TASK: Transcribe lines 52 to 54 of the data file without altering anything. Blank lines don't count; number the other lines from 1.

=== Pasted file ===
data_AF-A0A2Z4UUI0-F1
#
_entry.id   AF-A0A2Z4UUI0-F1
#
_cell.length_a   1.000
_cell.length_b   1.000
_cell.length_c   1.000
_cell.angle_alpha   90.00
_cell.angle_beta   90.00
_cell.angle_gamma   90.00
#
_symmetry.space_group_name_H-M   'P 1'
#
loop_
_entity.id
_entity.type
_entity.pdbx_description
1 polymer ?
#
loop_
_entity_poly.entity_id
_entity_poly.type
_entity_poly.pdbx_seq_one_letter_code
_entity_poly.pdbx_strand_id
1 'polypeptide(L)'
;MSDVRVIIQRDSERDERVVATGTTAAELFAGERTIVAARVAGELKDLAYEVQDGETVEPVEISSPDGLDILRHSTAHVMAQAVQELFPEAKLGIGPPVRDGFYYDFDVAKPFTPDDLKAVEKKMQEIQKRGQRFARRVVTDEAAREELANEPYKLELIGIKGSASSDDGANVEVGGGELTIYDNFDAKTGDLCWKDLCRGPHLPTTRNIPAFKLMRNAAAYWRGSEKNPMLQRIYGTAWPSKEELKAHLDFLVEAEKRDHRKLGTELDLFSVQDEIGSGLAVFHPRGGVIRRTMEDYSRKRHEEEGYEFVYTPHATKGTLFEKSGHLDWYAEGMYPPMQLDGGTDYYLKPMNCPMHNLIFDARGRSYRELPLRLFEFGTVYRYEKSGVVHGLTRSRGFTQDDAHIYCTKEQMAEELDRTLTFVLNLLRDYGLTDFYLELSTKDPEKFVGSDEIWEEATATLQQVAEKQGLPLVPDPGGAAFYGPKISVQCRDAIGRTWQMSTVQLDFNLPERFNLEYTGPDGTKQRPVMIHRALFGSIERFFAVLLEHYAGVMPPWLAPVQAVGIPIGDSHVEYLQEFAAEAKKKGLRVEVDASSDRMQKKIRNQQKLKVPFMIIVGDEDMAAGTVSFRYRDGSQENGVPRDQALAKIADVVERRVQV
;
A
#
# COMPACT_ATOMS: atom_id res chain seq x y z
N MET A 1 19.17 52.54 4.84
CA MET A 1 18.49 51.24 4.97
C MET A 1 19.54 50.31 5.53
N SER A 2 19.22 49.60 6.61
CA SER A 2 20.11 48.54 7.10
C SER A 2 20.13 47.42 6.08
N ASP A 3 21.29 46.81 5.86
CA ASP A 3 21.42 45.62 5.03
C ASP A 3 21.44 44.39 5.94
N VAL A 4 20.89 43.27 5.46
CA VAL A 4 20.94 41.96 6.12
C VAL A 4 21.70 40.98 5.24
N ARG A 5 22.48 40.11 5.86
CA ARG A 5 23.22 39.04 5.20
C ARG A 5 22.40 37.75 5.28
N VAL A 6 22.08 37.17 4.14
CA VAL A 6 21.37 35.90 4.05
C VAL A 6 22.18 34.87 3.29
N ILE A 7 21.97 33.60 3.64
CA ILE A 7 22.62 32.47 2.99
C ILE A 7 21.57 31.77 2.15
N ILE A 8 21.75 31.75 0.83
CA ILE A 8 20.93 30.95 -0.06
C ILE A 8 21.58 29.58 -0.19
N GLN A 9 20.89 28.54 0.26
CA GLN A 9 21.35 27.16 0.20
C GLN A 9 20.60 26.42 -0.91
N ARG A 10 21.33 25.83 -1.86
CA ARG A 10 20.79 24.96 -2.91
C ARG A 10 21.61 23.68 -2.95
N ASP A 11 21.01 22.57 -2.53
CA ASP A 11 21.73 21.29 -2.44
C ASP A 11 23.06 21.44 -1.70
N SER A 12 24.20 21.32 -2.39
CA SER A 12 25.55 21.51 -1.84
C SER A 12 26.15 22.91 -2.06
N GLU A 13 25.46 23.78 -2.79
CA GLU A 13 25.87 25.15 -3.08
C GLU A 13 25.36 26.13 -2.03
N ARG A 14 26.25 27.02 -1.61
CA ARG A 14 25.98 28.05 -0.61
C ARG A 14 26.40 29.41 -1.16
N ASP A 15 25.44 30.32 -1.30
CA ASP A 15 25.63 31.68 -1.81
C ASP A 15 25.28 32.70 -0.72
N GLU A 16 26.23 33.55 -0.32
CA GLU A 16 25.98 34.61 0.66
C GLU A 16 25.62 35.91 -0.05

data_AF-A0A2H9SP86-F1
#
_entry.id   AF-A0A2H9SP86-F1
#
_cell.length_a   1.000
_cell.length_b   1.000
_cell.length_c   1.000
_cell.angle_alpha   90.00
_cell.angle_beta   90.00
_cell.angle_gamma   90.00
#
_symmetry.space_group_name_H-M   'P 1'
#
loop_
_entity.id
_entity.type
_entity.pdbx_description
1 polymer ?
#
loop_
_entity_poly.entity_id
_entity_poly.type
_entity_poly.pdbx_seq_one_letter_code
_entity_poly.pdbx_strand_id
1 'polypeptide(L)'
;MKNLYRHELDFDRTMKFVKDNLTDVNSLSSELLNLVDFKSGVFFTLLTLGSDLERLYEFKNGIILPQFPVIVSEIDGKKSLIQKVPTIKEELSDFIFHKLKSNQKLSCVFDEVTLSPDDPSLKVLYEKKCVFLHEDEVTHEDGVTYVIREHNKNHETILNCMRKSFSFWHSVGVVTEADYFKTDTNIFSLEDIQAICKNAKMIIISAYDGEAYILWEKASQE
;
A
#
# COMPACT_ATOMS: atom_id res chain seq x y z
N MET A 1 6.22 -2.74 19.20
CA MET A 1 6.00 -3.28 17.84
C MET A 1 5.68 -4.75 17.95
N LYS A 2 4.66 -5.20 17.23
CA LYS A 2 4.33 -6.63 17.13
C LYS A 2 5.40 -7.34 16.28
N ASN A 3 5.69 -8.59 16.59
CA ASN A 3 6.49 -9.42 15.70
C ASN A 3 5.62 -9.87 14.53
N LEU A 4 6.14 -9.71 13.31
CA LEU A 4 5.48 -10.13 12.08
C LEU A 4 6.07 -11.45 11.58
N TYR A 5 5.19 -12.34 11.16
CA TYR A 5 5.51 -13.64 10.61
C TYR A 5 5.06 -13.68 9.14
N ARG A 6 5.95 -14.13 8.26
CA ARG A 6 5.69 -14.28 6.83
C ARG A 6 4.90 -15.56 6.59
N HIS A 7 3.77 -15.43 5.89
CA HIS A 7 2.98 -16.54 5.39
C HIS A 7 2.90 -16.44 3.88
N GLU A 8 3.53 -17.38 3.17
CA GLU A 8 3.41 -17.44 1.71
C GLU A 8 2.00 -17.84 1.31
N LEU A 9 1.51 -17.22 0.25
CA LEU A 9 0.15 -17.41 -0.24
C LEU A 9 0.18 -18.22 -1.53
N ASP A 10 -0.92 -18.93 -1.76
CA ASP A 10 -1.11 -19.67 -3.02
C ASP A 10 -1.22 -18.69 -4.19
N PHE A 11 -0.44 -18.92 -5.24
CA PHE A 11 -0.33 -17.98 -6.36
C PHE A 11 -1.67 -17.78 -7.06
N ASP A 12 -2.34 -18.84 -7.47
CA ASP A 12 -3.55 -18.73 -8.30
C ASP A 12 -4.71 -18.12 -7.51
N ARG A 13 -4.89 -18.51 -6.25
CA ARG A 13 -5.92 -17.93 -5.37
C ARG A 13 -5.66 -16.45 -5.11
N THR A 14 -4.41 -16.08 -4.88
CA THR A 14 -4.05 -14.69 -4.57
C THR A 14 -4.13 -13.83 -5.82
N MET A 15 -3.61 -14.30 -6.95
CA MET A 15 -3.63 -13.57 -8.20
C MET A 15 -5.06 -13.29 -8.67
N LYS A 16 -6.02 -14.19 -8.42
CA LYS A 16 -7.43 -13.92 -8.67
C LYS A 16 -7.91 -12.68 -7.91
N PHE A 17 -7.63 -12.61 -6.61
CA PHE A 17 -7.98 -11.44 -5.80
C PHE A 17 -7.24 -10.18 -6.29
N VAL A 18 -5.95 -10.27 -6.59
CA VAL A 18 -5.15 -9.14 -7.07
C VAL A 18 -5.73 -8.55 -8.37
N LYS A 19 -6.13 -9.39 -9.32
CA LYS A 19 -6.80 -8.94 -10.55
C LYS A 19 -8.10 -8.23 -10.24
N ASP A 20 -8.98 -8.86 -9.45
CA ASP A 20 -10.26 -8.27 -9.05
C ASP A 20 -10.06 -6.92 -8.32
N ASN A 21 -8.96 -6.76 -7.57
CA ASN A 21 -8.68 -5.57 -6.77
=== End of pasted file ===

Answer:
N ILE A 8 21.75 31.75 0.83
CA ILE A 8 20.93 30.95 -0.06
C ILE A 8 21.58 29.58 -0.19